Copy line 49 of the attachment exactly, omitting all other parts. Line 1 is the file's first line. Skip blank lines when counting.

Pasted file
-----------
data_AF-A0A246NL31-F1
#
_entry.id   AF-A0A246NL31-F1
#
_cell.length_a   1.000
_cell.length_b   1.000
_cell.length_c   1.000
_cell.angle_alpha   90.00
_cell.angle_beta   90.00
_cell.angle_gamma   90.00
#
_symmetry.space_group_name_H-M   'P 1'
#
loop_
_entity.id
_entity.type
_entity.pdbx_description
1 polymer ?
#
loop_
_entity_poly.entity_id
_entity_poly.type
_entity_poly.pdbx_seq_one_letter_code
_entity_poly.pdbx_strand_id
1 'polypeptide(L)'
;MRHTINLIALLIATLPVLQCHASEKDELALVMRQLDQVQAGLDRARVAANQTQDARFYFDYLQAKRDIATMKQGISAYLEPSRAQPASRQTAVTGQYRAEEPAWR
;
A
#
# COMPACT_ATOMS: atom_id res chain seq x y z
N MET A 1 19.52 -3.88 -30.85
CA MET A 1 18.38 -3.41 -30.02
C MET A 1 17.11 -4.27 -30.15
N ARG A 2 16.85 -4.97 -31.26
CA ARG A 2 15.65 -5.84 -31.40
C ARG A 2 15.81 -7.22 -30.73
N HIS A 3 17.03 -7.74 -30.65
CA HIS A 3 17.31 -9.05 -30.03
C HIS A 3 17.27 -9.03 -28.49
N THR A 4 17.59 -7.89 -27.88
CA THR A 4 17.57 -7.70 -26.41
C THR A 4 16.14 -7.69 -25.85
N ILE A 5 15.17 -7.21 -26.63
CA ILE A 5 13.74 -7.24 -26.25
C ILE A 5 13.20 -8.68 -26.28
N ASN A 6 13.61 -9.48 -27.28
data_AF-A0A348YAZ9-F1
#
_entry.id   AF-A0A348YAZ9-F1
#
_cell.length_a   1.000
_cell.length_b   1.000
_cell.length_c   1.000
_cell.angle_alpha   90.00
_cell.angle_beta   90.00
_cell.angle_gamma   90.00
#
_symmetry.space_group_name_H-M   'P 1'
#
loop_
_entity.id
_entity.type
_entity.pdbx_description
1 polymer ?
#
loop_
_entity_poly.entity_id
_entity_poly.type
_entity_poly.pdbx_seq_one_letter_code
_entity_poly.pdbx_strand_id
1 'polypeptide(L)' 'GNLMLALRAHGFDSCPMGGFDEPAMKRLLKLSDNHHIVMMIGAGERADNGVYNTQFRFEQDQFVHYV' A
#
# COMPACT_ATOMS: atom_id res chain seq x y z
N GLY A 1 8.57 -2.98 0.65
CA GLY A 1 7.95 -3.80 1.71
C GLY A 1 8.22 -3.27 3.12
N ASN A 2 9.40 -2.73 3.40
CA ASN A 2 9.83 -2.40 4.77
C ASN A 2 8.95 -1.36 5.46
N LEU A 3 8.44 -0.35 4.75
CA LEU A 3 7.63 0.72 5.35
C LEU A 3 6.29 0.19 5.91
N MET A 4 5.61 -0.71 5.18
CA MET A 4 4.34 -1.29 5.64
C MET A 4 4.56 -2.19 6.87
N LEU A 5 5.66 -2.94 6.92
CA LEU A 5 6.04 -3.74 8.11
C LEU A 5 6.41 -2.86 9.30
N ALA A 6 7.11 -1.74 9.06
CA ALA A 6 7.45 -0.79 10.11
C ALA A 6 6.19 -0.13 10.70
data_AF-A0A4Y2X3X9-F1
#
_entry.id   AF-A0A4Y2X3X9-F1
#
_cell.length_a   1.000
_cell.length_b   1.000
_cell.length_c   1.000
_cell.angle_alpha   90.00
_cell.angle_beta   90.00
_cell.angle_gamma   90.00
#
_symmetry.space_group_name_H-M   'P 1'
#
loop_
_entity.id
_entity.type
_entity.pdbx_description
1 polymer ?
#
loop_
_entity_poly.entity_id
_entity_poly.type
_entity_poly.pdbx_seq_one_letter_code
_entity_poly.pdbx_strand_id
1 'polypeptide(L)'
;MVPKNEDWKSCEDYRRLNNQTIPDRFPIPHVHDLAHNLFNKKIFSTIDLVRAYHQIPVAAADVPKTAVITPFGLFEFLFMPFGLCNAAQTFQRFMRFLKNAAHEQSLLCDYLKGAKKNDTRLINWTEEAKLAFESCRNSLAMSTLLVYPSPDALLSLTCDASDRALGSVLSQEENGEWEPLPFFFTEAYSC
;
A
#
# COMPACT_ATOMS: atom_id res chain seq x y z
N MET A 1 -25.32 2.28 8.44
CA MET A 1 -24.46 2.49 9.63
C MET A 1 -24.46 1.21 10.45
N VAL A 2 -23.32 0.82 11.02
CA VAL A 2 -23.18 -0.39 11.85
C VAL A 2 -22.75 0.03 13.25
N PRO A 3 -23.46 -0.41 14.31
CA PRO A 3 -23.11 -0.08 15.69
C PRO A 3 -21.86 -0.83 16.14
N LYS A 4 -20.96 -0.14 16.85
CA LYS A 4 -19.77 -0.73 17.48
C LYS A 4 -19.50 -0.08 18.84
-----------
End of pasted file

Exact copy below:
_entry.id   AF-A0A348YAZ9-F1